The present invention will be better understood and its numerous objects and advantages will become apparent to those skilled in the art by reference to the following drawings in which like numerals or numbers designate like objects:
FIG. 1 is a top planar view of a conventional packaged semiconductor device having a plurality of surface mount capacitor pads;
FIG. 2 is a side elevation view of the semiconductor device shown in FIG. 1 with decoupling capacitors connected to the capacitor pads for purposes of actual use;
FIG. 3 is a cross-sectional elevation view of an illustrative handler test station constructed in accordance with the present invention and including a decoupling printed circuit board for use in testing the semiconductor device shown in FIG. 1;
FIG. 4 is a top planar view of one embodiment of the decoupling printed circuit board shown in FIG. 3;
FIG. 5 is a bottom planar view of the decoupling printed circuit board shown in FIG. 4;
FIG. 6 is a cross-sectional view taken along line 6--6 through the decoupling printed circuit board shown in FIGS. 4-5; and
FIG. 7 is a partially enlarged fragmentary cross-sectional view of an alternative embodiment of the decoupling printed circuit board taken along a line similar to line 6--6 in FIGS. 4-5.
Referring first to FIG. 1, a top planar view of a conventional packaged semiconductor device having a plurality of surface mount capacitor pads may now be seen. The construction of the semiconductor device 10 is well known to those of ordinary skill in the art and generally includes an integrated circuit (not shown) enclosed (packaged) within a dielectric housing 15 made, for example, of plastic or ceramic. A plurality of capacitor pads 20, each represented by a pair of rectangles marked with either a positive or a negative electrical sign (plus or minus), may be seen to form a cross-like pattern on the top surface of the housing 15. The plus-marked capacitor pads 20 are connected to the power plane, while the minus-marked capacitor pads 20 are connected to the ground plane, inside the housing 15. It should be clearly understood, however, that the size, shape or location of the capacitor pads 20 relative to the housing 15 are not material aspects of the present invention, and the specific arrangement actually shown on the top surface of the housing 15 in FIG. 1 is for illustration purposes only and is not intended as a limitation on the possible size, shape or location of the capacitor pads 20.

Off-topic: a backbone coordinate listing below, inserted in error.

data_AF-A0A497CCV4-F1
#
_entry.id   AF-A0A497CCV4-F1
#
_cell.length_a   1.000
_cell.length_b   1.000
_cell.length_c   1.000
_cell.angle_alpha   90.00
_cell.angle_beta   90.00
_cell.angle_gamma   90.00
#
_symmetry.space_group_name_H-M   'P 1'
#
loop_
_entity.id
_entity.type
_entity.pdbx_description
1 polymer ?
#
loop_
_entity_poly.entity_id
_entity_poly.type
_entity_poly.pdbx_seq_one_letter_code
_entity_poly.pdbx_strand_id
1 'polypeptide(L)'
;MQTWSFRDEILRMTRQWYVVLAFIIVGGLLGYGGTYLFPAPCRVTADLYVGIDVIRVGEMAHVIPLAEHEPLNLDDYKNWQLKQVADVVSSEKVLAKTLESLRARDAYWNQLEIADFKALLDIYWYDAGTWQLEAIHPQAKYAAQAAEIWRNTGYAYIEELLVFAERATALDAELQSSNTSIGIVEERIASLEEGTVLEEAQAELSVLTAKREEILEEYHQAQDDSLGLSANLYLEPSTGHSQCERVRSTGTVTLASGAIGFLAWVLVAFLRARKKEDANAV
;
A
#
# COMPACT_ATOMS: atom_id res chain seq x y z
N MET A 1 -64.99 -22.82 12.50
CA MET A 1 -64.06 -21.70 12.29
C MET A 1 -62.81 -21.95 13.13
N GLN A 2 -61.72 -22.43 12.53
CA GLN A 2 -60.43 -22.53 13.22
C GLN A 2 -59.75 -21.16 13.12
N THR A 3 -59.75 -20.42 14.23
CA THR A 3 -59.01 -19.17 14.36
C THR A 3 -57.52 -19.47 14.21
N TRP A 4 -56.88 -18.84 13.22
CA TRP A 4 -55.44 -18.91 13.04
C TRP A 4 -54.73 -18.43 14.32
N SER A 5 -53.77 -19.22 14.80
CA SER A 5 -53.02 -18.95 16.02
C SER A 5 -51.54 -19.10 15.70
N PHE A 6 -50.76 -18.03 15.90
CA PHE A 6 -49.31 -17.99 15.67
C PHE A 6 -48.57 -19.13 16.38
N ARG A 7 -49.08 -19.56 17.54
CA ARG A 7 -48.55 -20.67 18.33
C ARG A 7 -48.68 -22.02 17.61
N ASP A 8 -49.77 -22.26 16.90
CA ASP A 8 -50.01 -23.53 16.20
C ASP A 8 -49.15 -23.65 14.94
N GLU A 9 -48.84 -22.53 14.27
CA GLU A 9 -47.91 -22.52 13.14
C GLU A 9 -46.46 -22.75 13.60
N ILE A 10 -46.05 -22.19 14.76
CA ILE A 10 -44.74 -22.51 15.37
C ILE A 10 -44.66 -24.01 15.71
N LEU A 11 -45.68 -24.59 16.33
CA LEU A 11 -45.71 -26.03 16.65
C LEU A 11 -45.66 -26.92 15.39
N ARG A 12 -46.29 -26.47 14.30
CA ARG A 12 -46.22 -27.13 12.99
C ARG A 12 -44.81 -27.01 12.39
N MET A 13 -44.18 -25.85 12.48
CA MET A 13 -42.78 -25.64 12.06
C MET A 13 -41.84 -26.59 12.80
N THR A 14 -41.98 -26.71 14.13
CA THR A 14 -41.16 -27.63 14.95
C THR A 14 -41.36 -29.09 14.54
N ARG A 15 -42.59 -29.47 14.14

Referring next to FIG. 2, a side elevation view of the semiconductor device 10 shown in FIG. 1 may now be seen. In FIG. 2, a plurality of decoupling capacitors 25 are connected to the capacitor pads 20 (not shown in FIG. 2) for purposes of actual use in a circuit constructed on a printed circuit board (PCB) (also not shown in FIG. 2). The reasons for the use of the decoupling capacitors 25 have heretofore been discussed in detail and reference is hereby made to the Background of the Invention section set forth above as may be necessary for a complete understanding of the function of the decoupling capacitors 25. As will be readily recognized by those of ordinary skill in the art, the semiconductor device 10 includes a plurality of pins configured, for example, as a conventional pin grid array (PGA) 30 which can be used to connect the semiconductor device 10 to the PCB.